She also notes that it’s important to choose a shake that’s rich in fiber: like Jordan, she jazzes up her shakes with added fruits and vegetables for even more fiber, as well as extra nutrients.
“The more fiber, the better the chances your protein shake will help you lose weight,” she says.
It’s also essential to be aware of how much protein is in your shake. For Wolbers, the ideal amount to consume on a daily basis is 2.2 grams of protein per kilogram of body weight if you’re on a workout regimen. Reisdorf looks for 20 grams or more per serving of smoothie and 8 grams or less of sugar. And yes, it is possible to overdo it. Celebrity trainer Rebecca Louise recommends eating between 24 and 35 grams of protein in one go, no more.
“Overconsumption of protein can damage your kidneys over time, since they have to work extra hard to metabolize the protein,” says Djordjevic. “Once you’ve hit your body’s daily limit of protein, there are no benefits in consuming more of it.”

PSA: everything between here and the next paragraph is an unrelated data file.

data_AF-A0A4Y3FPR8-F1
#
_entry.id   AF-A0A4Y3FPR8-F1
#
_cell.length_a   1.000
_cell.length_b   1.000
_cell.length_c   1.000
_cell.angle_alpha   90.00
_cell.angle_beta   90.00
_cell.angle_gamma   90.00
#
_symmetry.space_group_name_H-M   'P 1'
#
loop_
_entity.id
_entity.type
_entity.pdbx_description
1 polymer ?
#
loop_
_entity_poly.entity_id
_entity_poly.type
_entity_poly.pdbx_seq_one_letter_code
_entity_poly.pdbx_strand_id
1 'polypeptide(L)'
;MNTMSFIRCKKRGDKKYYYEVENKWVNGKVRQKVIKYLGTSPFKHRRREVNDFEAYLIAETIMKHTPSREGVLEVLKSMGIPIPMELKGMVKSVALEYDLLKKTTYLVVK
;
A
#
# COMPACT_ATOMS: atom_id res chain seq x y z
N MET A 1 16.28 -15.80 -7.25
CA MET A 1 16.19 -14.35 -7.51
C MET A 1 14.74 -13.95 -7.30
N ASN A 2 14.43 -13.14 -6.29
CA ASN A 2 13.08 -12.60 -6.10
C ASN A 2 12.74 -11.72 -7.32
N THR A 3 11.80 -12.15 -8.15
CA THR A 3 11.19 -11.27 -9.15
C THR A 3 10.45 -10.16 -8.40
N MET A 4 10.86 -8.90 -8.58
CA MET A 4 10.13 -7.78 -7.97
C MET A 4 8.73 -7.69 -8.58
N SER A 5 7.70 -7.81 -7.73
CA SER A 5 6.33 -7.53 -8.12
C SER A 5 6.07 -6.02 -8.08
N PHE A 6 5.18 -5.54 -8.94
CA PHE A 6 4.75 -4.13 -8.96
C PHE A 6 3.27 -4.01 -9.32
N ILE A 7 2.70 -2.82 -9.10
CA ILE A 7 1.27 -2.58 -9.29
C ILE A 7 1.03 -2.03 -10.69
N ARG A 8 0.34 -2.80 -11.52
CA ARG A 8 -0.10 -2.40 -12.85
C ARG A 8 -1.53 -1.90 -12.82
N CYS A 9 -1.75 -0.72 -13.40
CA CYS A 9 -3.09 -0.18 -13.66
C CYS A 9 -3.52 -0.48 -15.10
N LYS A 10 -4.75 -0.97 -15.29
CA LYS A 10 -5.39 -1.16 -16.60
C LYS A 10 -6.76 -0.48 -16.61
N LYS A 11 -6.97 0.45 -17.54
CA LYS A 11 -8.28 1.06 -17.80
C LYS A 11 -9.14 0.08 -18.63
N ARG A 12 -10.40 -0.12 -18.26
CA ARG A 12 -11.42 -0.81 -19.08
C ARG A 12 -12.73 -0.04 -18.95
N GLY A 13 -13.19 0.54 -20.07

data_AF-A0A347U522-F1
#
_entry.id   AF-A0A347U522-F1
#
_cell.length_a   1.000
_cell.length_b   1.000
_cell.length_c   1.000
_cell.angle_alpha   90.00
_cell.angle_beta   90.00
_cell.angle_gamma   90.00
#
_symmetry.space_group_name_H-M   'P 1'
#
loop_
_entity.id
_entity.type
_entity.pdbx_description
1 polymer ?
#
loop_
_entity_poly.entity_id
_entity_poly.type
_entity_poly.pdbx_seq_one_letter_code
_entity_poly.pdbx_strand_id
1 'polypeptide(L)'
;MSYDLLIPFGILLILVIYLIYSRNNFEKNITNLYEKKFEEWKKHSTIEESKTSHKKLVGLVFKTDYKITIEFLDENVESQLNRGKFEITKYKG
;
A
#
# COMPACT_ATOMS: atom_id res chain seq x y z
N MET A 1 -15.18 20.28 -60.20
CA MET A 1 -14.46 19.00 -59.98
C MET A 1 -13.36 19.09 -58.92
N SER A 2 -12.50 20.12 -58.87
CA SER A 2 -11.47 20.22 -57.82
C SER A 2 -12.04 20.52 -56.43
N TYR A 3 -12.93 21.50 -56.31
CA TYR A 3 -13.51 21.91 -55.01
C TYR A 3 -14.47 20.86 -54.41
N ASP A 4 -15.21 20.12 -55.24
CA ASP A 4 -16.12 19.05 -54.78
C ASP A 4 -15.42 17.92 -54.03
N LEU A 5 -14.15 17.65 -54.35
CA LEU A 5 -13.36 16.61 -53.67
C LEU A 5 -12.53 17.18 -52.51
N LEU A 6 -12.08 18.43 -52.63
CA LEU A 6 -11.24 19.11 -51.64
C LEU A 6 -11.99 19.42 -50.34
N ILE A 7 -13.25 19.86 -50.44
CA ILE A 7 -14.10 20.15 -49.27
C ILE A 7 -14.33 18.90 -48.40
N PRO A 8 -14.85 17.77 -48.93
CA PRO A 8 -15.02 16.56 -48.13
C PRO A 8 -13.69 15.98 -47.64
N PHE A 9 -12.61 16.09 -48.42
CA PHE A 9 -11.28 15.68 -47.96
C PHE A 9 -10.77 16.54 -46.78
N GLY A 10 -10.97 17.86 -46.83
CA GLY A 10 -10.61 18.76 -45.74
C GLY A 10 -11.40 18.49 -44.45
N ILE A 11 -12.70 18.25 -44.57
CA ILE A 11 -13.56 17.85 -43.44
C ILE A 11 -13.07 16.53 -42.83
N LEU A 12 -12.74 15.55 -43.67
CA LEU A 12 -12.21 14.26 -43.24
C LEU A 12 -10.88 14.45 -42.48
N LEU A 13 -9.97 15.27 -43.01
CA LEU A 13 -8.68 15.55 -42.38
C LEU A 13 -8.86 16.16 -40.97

Bottom line: Are protein shakes good for weight loss?
While our experts do believe that protein shakes can help with weight loss, they also agree that it’s always best to rely on whole foods first. After all, protein shakes, despite their filling nature, may actually make you snack more.
“Protein shakes are not food, so they may not give you the satisfaction you would get from eating,” Reisdorf says. “Also, it is easy to add a ton of extra calories via fruit or other additives to a protein shake. That won’t help with weight loss either.”
“Smoothies for weight loss can be challenging, as there are several studies that point to the effect of chewing and satiety,” agrees NutriBullet’s registered dietitian Sherene Chou. “Meaning, feeling satiated through the act of chewing and eating foods [has] evidence suggesting that chewing may decrease intake and self-reported hunger.”
While most people, Wolbers notes, “are unable to consume all that protein from whole foods,” the high levels of vitamins and minerals contained in whole foods make them a superior choice because losing weight increases your nutrient needs and “protein powders are good (and better than consuming inadequate protein), but not great.”
“Overall, I would say that using protein shakes with moderation combined with a healthy diet loaded with fruits and veggies is the best way to lose weight,” Djordjevic says.